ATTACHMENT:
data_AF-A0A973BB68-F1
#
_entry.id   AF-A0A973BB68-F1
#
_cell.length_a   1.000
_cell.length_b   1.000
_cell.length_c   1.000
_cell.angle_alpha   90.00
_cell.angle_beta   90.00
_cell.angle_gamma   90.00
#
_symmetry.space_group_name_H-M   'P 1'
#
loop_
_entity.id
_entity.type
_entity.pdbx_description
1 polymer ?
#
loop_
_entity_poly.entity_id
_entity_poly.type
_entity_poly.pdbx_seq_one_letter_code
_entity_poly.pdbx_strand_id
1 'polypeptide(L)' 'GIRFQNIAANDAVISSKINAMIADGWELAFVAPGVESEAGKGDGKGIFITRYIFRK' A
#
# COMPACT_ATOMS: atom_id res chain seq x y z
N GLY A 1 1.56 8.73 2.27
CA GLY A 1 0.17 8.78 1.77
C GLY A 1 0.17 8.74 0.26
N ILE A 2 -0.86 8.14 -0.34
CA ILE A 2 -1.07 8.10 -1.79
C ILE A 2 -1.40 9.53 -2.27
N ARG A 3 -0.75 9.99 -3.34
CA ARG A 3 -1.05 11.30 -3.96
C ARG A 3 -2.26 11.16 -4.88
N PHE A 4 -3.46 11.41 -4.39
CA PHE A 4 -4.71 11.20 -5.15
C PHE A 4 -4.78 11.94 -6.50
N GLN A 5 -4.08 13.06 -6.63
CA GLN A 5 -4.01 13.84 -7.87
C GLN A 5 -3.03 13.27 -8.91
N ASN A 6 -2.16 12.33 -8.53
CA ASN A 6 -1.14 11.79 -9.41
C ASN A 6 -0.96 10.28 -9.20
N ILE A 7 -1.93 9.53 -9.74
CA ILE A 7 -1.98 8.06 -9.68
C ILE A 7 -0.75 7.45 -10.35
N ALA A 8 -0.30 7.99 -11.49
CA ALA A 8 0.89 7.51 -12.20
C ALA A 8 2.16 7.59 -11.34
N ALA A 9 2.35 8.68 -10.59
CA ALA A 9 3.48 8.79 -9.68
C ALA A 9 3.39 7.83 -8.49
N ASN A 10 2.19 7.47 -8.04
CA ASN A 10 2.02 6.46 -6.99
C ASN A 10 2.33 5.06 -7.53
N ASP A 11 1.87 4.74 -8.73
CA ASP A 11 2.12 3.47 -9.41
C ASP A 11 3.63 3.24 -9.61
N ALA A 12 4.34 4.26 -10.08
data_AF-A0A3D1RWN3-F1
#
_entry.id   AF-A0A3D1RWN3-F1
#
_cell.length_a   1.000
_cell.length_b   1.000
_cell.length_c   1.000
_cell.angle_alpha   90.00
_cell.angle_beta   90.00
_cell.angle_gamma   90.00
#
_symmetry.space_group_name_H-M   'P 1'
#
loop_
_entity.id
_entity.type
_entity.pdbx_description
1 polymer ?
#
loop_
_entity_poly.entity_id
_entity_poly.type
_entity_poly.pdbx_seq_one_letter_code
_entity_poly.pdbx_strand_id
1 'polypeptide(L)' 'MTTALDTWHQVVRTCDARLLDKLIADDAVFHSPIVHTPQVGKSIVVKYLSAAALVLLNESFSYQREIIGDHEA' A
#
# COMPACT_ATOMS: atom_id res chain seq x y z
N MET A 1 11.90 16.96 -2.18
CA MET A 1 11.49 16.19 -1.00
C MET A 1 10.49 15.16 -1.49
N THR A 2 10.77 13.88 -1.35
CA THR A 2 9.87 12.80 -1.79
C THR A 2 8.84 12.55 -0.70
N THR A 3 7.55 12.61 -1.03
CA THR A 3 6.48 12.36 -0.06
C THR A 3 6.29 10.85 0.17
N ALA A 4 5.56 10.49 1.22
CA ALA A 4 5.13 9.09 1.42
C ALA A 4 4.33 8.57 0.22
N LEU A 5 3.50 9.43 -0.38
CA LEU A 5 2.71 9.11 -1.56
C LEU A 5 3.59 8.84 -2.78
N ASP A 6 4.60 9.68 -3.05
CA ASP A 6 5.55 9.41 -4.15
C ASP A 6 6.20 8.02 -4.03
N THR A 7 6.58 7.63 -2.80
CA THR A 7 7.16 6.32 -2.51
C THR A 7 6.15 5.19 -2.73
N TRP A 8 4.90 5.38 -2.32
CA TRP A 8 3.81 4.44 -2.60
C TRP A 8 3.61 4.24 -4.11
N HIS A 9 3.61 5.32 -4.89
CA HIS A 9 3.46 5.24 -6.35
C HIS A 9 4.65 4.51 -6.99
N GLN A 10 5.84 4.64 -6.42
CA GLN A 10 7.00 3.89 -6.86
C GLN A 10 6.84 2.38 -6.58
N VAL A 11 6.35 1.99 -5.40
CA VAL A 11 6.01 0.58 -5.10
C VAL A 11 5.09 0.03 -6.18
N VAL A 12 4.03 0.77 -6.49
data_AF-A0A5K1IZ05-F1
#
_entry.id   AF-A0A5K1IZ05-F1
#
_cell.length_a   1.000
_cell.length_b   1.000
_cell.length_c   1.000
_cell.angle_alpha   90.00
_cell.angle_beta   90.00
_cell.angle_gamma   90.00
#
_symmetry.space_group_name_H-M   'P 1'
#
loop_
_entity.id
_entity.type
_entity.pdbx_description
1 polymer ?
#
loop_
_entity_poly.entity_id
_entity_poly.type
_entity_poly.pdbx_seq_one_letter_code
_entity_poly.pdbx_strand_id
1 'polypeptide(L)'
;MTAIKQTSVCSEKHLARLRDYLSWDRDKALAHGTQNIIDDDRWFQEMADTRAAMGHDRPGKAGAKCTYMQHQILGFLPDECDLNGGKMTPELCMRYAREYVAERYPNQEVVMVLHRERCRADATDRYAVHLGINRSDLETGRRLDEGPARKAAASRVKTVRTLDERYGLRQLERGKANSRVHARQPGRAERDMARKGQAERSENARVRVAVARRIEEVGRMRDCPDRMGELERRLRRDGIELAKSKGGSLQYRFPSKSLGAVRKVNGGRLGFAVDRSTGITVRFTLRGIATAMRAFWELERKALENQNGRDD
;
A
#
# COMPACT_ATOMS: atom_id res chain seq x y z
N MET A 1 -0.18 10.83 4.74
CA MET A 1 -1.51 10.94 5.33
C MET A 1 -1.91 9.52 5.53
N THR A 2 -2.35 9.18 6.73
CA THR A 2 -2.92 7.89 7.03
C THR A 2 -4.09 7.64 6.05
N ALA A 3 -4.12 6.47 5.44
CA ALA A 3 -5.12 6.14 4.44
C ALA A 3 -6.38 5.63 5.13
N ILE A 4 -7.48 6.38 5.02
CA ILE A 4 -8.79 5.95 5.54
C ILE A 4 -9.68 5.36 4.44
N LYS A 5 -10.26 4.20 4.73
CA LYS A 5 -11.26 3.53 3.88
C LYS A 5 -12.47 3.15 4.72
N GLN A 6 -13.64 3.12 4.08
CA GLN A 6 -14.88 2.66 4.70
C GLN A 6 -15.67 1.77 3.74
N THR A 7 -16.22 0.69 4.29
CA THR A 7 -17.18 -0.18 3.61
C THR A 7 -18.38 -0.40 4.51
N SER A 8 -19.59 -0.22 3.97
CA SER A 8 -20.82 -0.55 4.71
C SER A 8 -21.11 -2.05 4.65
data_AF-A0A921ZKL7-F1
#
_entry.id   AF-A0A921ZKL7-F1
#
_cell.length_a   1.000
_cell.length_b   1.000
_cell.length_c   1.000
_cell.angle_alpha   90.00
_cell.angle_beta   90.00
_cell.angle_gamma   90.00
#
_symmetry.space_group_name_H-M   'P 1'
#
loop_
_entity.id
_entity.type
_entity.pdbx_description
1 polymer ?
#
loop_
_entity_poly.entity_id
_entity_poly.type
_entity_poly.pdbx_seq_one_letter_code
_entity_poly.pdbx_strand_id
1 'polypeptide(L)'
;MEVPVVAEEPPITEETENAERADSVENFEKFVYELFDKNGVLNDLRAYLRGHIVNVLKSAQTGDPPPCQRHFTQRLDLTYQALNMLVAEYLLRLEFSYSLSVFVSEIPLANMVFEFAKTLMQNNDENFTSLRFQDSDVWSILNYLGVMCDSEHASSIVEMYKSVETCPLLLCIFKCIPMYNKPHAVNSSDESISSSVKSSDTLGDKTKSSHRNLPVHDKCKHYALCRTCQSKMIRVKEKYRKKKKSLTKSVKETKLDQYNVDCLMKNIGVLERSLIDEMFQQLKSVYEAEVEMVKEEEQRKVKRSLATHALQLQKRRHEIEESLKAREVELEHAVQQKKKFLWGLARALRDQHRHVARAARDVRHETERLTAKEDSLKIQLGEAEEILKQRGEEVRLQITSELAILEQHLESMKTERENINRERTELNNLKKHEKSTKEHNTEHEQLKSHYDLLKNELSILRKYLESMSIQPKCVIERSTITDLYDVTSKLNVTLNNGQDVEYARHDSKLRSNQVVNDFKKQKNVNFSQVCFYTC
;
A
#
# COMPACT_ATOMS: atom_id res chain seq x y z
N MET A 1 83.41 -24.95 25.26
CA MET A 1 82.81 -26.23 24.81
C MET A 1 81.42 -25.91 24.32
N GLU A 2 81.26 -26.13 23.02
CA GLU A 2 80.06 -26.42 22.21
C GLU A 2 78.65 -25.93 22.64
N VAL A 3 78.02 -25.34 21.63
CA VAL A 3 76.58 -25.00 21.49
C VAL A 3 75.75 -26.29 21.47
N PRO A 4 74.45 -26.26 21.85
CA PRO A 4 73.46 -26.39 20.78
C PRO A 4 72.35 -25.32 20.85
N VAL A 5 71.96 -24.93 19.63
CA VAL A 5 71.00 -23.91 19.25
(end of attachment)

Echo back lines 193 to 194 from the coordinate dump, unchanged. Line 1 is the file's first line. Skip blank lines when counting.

_entity.pdbx_description
1 polymer ?